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Minnesota Twins signed RHP Matt Belisle to a one-year contract. [6/12]

Like a couple that breaks up, each goes out on one chemistry-less first date with a new person, and immediately gets back together, Matt Belisle has rejoined the Twins’ bullpen. They probably didn’t even change the Netflix password.

Last offseason, Belisle signed a one-year, $2 million deal with the Twins and logged 60 decent innings in an assortment of relief roles. He was particularly effective after taking over as closer following the July 31 trade of Brandon Kintzler, converting nine saves with a 2.55 ERA and 19/3 K/BB ratio in August and September. However, the 38-year-old right-hander found the free agent market lacking and eventually settled for a minor-league deal with the Indians.

Belisle earned a spot on the Opening Day roster, but 10 mediocre innings later the Indians cut him loose. He again found the free agent market lacking, re-signing with the Indians on another minor-league deal in mid-May. Then the Twins came calling, so the Indians granted Belisle his release from Triple-A and now he’s right back in the majors with Minnesota.

“They’re perfect for each other” is a thing people often say about couples. Sometimes it’s because both parties are very attractive and very charming and similarly great catches who seem to complement each other well—Chrissy Teigen and John Legend come to mind. But sometimes it’s just hard to imagine anyone liking either of them, so it’s a miracle they found each other—this time I’ll let you picture a specific couple in your head, because I’ll bet you’ve got one in mind. Anyway, the Twins and Belisle are perfect for each other.

Minnesota’s bullpen ranks 17th in Deserved Run Average, 21st in ERA, and 23rd in Win Probability Added, with an MLB-worst 3-13 record in one-run games. The Fernando Rodney Experience™ has actually gone pretty well so far in the ninth inning, but recently setup men Ryan Pressly and Addison Reed have struggled. Part of the problem is that the Twins have played a ton of low-scoring games, thanks in part to their inconsistent lineup failing to provide much cushion for a surprisingly solid starting rotation, and manager Paul Molitor has worked his right-handed setup trio of Pressly, Reed, and Trevor Hildenberger very hard.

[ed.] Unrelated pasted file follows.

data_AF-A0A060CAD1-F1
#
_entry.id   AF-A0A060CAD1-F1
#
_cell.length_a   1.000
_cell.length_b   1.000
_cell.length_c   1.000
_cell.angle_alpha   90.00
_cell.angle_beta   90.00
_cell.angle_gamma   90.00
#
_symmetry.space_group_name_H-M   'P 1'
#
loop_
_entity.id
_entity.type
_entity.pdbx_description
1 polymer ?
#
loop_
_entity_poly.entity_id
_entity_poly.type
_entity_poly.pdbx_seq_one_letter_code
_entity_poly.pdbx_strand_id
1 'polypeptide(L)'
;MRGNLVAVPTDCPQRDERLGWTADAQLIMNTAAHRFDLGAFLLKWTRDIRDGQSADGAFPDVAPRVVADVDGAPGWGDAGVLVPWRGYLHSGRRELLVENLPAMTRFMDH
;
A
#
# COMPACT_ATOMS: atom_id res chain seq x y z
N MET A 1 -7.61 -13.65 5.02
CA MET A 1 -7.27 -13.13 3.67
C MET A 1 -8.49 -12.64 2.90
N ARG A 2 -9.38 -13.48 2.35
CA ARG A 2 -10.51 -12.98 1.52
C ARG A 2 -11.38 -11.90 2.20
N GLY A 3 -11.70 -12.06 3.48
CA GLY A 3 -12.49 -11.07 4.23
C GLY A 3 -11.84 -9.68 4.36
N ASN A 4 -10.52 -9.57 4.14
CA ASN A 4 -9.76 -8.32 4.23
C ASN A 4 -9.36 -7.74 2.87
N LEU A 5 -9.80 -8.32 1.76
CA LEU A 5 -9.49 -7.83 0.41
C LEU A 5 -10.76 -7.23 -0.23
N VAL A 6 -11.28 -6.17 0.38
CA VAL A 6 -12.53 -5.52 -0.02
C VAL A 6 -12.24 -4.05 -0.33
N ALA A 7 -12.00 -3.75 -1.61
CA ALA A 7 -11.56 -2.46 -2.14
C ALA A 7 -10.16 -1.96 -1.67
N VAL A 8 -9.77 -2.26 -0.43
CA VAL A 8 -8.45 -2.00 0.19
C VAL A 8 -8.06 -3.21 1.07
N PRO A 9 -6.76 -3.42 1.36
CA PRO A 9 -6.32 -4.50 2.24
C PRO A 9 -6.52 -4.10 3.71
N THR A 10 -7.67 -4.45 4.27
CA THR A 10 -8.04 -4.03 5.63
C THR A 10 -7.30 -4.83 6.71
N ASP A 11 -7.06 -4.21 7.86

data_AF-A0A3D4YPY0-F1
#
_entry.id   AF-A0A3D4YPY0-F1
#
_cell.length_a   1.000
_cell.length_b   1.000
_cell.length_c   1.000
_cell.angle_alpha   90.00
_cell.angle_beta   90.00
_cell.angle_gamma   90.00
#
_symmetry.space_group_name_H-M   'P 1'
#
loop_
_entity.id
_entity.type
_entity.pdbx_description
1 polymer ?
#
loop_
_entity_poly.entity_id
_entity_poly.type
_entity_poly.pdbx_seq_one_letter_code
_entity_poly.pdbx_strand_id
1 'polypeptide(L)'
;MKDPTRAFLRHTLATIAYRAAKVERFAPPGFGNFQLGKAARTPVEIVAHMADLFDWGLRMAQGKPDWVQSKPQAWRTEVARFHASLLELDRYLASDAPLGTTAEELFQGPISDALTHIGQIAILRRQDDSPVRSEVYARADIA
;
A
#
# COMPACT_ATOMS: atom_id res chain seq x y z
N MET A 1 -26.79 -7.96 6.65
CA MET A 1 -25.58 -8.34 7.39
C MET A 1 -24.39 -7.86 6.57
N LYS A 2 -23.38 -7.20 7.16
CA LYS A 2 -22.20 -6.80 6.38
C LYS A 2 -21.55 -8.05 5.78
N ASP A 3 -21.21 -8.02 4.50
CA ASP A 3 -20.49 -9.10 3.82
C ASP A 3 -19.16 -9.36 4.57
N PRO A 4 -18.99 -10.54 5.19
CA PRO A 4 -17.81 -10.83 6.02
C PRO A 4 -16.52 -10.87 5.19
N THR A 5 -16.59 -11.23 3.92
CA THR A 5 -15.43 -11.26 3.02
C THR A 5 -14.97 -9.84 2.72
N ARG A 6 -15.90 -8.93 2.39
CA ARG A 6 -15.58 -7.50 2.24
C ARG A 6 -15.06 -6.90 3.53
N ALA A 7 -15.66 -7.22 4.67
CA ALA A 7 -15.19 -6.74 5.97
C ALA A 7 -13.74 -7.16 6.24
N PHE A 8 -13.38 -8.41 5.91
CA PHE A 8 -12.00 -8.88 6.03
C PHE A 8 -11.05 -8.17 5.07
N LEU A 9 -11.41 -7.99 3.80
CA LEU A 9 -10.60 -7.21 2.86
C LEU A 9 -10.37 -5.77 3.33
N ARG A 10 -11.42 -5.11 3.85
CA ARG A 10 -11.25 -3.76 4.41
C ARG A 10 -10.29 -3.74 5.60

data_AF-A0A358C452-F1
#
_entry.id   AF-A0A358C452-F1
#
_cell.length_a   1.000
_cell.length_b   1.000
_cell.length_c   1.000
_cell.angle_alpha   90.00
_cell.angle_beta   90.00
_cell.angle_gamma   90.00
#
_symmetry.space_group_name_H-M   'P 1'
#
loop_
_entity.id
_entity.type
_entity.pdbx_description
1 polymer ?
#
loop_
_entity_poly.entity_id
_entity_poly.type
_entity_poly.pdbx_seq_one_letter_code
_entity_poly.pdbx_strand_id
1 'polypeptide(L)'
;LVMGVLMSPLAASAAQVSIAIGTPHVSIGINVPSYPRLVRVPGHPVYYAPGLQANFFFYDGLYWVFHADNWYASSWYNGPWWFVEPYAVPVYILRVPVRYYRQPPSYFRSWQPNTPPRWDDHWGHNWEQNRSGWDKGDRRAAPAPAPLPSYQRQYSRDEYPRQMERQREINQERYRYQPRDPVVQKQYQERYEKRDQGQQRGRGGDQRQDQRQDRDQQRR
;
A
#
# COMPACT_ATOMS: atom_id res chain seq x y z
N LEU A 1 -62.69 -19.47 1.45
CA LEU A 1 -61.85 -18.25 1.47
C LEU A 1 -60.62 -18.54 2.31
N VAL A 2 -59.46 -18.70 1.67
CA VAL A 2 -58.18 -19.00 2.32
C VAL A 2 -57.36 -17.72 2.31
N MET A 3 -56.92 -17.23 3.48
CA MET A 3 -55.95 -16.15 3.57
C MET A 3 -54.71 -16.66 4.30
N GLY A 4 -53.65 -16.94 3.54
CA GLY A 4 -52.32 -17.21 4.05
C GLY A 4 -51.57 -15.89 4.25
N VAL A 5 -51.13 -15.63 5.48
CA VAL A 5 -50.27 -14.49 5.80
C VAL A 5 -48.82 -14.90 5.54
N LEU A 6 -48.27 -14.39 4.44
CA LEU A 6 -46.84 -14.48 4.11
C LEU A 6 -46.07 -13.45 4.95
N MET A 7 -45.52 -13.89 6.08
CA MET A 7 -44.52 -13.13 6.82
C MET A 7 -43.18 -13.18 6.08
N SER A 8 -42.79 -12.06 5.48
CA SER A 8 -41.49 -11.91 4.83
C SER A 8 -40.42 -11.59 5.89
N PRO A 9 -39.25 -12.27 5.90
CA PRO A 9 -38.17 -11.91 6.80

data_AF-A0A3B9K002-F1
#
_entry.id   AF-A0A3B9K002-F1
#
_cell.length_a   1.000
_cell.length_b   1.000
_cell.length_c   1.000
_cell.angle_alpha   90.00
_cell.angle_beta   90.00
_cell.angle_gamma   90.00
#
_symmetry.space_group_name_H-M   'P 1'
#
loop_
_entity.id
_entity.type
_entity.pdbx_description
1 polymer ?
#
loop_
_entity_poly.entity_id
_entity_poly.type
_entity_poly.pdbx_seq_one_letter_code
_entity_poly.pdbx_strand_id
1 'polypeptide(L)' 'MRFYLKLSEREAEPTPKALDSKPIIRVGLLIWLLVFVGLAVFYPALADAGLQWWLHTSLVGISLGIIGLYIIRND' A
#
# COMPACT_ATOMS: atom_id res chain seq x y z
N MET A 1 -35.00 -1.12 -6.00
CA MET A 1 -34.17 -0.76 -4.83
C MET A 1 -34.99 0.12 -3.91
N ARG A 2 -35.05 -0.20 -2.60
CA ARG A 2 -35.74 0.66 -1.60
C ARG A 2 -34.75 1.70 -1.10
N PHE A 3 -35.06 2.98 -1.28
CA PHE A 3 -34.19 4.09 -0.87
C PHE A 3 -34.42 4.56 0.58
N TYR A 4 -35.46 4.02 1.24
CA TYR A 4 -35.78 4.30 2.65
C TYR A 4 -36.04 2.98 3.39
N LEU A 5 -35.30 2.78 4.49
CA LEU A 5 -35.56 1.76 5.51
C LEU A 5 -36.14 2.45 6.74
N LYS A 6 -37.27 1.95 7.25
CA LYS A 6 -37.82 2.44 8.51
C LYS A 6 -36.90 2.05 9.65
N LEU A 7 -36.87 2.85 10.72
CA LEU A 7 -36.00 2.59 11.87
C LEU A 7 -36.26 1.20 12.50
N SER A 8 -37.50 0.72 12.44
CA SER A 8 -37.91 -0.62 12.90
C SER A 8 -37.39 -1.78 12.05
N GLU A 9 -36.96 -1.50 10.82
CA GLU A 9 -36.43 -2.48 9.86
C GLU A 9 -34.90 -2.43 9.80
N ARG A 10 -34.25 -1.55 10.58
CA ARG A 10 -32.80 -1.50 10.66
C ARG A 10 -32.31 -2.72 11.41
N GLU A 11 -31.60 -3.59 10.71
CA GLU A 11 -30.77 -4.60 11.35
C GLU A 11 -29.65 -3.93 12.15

Pressly has pitched in 35 of the Twins’ first 64 games, putting him on an 89-appearance pace that includes working back-to-back days 10 times. Reed and Hildenberger are on pace for 81 and 76 appearances, respectively. Those are appearance totals typically reserved for left-handed specialists, not right-handers who often pitch full innings and occasionally pitch multiple innings. Three key relievers with those workloads in the same bullpen is an implosion waiting to happen.

Minnesota needed competent bullpen help and Belisle can potentially provide that while also giving a boost to a clubhouse that viewed him as a leader last season. Even if he’s no better than mediocre, Belisle should at least be another right-handed option Molitor trusts enough not to continue riding Pressly, Reed, and Hildenberger into the ground. It’s a move that makes sense, but it’s also a low-wattage move for a team dramatically under-performing expectations, and there’s certainly an argument to be made for the Twins aiming a little higher than re-signing a 38-year-old castoff with middle relief-caliber stuff.

For example, if the Twins felt they needed another reliable right-handed reliever they could have simply recalled Alan Busenitz from Triple-A, where he has a 0.71 ERA and 29/5 K/BB ratio in 25 innings. Busenitz is 27 years old, he fared well as a rookie last season with a 1.98 ERA and 23/9 K/BB ratio in 32 innings for the Twins, and his 95.7 mph average fastball velocity would be the second-highest in Minnesota’s bullpen behind only Pressly (96.3). Belisle is fine and he’s familiar, but Busenitz might be worth a second date.

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